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    Re: keyboard - hot key problems

    <big><center><font color=red>Wash it!!</big></font color=red></center>
    Unplug first (natch!) and run it under a warm tap : ie. faucet. Or put in the dishwasher (without the tablet). Then hang it up to dry for at least 24hrs. Works a treat if you've spilled coffee/tea/wine/Ovaltine/Marmite/scotch on the rocks/// all over it, and for intermittent sticky keys such as yours.

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    Re: keyboard - hot key problems

    Wow..

    I have to advise against immersing your equipment in water, especially the keyboard variety, my reasons are as follows:

    Dishwasher? [img]/S/nope.gif[/img] High pressure water in combination with the Heat-Dry mechansim can't be good for electronic parts.

    Immersion? [img]/S/nope.gif[/img] Your keyboard has many, many, plastic parts, each with small 'clearances' inside. 24hrs wouldn't be enough time for these clearances to evaporate the water they'd most likely contain after immersion.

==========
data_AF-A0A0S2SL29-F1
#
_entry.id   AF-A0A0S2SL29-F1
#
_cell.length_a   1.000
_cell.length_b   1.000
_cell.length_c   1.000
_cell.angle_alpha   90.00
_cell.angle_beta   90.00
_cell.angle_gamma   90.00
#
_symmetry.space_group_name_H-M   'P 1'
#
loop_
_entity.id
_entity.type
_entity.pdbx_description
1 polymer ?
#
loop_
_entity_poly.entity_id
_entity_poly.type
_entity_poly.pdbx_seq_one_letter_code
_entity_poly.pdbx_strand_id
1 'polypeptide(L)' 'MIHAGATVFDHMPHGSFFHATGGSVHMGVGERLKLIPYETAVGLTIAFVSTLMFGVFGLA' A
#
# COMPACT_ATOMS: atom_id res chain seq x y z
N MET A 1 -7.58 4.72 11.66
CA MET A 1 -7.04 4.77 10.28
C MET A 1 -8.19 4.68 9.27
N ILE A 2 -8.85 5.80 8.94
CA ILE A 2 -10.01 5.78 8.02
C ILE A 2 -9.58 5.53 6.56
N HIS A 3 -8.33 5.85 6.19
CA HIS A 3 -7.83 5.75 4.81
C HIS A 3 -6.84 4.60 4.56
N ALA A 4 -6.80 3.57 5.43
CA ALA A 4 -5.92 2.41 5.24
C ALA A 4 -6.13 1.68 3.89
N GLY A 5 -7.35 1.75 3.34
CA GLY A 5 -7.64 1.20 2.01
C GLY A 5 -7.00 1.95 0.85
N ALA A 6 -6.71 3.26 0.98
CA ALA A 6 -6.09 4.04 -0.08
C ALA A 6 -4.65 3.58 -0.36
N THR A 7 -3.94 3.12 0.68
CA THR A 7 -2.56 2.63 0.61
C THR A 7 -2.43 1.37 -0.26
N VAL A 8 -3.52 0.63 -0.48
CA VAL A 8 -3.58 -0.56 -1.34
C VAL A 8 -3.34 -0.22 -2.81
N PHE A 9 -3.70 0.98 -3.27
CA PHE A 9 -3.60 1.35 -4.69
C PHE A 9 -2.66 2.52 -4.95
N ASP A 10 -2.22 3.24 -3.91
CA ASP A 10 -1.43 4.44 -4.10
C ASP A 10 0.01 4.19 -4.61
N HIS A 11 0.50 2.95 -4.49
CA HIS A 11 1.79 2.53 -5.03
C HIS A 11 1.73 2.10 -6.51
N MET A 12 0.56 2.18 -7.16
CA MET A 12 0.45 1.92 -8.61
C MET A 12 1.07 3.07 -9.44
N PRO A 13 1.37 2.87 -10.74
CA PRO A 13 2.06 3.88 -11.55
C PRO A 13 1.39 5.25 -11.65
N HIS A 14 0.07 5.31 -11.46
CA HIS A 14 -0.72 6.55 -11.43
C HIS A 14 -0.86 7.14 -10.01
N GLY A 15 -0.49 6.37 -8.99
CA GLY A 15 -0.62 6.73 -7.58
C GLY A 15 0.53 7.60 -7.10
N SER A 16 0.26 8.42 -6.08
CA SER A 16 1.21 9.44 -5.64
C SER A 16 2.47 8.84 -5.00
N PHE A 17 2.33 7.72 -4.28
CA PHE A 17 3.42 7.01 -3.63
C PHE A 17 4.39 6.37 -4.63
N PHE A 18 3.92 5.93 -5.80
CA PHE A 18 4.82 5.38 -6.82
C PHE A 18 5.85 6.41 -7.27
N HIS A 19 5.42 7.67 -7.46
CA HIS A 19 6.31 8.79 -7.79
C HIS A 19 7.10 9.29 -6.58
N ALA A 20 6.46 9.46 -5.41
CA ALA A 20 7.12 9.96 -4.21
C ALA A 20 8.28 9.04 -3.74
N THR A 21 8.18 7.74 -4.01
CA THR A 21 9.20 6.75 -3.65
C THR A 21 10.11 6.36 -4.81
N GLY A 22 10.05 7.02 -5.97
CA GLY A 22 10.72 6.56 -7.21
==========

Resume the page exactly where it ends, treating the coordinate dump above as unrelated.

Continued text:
If you really want to wash it, you can remove all the keys, (most are detachable) put those in a knit bag and toss them in the dishwasher, (no heat) and use a blow-dryer to dry them off.
    Next, take apart the remaining keyboard apparatus, and wash the plastic contact sheet inside. You'll also want to focus on the cylinders into which the keys slide as they are depressed. If you find your problem key, just do that one, or do them all, but your best bet is to invest some time, or scrap it for a new one.

    [img]/S/2cents.gif[/img]

    Drk.
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    Re: keyboard - hot key problems

    Well, given the sheer enjoyment I get out of disassembling things, I rather make some q-tips and rubbing alchohol my buddy for 3 hours and maticulously clean each surface individually... but, that's just me... [img]/S/grin.gif[/img]